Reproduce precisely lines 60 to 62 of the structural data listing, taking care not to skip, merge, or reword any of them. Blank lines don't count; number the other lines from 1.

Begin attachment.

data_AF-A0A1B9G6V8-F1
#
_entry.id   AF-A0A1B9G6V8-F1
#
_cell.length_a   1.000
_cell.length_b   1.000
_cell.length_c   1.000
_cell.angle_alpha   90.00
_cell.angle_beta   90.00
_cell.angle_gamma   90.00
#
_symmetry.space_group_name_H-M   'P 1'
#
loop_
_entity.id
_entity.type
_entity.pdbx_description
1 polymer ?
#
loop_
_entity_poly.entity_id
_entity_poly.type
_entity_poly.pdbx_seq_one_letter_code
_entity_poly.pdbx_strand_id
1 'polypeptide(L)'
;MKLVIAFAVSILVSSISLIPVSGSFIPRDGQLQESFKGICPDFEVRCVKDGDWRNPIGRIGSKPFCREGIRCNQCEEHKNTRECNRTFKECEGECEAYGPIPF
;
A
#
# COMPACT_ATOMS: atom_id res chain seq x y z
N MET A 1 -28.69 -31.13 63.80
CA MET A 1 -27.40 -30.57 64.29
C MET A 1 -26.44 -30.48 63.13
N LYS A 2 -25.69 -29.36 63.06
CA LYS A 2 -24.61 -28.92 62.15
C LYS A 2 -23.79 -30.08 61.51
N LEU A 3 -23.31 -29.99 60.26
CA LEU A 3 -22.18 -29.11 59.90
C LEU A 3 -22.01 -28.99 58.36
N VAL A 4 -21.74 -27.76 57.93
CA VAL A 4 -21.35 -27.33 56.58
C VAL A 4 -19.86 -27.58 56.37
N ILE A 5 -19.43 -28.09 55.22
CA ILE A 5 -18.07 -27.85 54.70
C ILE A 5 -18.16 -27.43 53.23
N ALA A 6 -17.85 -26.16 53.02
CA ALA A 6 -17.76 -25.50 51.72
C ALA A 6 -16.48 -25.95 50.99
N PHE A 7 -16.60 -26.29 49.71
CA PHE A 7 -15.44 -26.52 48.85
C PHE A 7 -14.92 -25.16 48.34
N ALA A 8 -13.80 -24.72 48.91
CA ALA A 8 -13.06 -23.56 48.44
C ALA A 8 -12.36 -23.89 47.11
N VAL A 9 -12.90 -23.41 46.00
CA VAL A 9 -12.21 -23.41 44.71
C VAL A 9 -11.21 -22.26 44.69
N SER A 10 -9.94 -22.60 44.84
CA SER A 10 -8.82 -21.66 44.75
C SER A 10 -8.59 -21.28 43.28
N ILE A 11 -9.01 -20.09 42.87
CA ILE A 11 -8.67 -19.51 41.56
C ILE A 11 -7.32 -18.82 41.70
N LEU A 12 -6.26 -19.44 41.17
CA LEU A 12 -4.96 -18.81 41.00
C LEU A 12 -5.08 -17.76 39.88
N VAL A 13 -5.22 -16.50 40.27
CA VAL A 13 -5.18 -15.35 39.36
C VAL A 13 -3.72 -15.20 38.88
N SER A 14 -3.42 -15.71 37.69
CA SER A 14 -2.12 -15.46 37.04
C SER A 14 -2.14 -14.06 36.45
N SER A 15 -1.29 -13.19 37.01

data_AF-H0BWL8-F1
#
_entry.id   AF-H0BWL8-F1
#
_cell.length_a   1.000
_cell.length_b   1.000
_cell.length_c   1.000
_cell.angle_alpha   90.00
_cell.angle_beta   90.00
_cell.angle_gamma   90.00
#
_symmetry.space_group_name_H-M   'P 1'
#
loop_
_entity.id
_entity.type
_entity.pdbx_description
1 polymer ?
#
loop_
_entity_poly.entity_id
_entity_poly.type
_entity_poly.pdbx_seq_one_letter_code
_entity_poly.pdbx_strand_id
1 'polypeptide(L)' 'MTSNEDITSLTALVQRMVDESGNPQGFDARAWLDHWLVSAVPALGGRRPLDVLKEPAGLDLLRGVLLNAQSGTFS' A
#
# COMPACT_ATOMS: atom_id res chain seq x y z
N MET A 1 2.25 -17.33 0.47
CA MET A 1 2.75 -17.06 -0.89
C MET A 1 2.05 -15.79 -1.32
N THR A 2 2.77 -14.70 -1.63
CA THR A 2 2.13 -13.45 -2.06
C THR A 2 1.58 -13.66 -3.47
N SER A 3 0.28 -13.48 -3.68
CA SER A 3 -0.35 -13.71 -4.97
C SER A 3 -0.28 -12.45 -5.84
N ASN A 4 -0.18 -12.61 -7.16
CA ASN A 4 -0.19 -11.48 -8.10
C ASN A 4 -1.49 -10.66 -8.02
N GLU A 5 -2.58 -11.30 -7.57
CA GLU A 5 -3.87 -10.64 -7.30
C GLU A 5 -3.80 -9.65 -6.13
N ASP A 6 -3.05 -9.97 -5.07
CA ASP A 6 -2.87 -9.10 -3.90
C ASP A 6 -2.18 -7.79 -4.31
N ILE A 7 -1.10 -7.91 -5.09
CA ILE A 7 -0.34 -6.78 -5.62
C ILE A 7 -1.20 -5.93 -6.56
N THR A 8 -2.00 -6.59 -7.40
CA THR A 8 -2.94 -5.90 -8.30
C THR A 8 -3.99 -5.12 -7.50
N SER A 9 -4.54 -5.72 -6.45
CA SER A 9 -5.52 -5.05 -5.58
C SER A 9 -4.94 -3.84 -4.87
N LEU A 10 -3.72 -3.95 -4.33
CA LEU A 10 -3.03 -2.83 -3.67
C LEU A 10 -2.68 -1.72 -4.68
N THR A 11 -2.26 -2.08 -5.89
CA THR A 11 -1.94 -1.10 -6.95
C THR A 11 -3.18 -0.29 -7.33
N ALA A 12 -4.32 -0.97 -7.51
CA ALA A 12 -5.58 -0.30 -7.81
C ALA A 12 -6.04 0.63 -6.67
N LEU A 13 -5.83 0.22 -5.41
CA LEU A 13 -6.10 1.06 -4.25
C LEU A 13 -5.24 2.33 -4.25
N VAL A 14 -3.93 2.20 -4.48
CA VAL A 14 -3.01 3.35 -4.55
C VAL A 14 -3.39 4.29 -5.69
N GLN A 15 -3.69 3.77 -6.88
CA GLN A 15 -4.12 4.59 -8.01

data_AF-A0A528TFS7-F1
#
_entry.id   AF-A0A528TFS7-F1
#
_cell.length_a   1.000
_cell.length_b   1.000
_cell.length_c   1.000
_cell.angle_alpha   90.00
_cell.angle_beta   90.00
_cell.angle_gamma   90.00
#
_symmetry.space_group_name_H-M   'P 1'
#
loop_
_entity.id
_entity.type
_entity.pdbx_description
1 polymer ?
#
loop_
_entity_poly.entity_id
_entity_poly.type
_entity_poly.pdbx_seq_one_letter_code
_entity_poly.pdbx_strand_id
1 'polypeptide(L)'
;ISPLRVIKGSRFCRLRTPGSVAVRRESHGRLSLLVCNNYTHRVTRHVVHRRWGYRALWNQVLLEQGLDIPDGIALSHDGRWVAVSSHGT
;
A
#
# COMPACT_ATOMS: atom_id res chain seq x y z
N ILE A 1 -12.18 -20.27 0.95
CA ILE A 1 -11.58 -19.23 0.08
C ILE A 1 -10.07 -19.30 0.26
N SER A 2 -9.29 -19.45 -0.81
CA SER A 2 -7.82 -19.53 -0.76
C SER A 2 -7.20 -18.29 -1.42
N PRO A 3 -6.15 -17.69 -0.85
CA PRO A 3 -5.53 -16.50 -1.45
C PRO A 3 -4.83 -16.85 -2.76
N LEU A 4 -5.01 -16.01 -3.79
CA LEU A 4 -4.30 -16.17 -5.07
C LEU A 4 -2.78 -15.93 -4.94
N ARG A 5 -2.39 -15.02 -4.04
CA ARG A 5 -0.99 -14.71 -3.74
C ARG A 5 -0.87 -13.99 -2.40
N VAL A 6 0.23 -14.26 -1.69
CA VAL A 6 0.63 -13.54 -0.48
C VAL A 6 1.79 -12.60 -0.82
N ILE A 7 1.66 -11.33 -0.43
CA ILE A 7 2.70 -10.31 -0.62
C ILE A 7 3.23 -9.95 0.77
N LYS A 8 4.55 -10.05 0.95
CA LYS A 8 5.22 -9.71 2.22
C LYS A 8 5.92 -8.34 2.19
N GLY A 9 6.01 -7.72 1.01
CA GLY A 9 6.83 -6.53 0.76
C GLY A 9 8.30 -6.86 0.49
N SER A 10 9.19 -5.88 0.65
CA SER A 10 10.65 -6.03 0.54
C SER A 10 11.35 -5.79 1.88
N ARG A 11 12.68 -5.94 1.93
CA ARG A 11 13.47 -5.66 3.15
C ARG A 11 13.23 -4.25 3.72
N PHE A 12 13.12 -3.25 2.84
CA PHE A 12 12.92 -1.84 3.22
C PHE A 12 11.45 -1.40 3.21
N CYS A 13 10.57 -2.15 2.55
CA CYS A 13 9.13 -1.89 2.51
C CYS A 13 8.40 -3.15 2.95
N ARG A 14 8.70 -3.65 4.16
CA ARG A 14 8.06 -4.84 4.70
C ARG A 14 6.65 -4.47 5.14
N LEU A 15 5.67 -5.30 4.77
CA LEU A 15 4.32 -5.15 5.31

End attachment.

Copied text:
C SER A 10 -8.59 -21.28 43.28
N ILE A 11 -9.01 -20.09 42.87
CA ILE A 11 -8.67 -19.51 41.56